You're right, Harold. I think the 3 transformer delta service is the better of the two. One advantage is that when one transformer goes out a trouble shooter from the power company (me) can go out and rebuss it into an open delta and have you back up and running in 30 minutes. The two transformer open delta is only good for 86.6% of the KVA rating of the two transformers. So you might have to shed some load. :)
I think something is wrong with your math there or you have a typo. At a
+/- 5% tolerance the nominal 240V service would range from 228V to 252V. According to that ANSI spec 220V to 254V is acceptable.
The different sized transformers is what I referenced about cost savings for the wild leg configuration, with the 10KVA transformers costing less than the 25KVA transformer.
A quick look on the Grainger site doesn't even find any 240V 3ph motors at all. They all seem to be spec'ed for 208-220/440 or 208-230/460. The Baldor site is also devoid of any 240V rated three phase motors, they list motors with 208-230 range and some at 220V or 230V.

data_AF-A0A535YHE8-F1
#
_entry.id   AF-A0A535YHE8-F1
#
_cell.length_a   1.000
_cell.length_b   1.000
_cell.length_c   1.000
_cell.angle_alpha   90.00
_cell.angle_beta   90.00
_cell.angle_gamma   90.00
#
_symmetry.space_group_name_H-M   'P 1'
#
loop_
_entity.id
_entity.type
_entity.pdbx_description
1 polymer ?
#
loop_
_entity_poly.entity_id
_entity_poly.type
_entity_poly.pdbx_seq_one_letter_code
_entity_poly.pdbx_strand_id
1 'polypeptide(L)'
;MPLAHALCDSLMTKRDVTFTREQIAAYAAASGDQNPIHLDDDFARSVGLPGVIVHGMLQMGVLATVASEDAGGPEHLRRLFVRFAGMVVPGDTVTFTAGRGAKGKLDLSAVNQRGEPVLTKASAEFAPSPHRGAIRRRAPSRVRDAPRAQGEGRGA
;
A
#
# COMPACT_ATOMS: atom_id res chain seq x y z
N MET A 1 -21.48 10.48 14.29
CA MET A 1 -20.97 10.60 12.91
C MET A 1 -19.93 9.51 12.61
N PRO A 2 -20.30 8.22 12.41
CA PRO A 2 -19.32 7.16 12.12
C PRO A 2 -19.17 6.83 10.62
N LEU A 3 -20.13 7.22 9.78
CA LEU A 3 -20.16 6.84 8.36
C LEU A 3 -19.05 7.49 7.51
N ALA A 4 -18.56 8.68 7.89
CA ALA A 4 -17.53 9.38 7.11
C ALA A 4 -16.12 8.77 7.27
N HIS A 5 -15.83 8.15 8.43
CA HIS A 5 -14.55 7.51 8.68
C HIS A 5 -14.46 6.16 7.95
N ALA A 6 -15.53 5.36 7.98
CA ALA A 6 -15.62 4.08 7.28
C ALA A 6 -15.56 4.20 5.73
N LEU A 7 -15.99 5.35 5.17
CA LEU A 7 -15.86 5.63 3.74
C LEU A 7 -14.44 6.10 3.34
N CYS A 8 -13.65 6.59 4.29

The Baldor spec's indicate for a 2HP motor the FLA difference between
208V and 230V is .5A (12 vs. 11.5). If the entire current difference was dissipated as heat, which it is not, that's a whopping 104W extra to dissipate from the surface of a beefy 60# motor - hardly a big deal in just about any application.
So once again I think that there are very few machines that would actually have any adverse effects from running on a 208V service.
An existing building with wild leg delta service that was in good condition would be fine with me. For a new installation I would not spec. a wild leg delta service.
You should also be able to replace the transformer in about the same time period. I watched a crew (two guys in buckets and one ground guy) change one in about 15 minutes. Even with the first guy (you) getting on the scene and then calling in for another truck to bring out the transformer while you remove the bad one it should not take very long.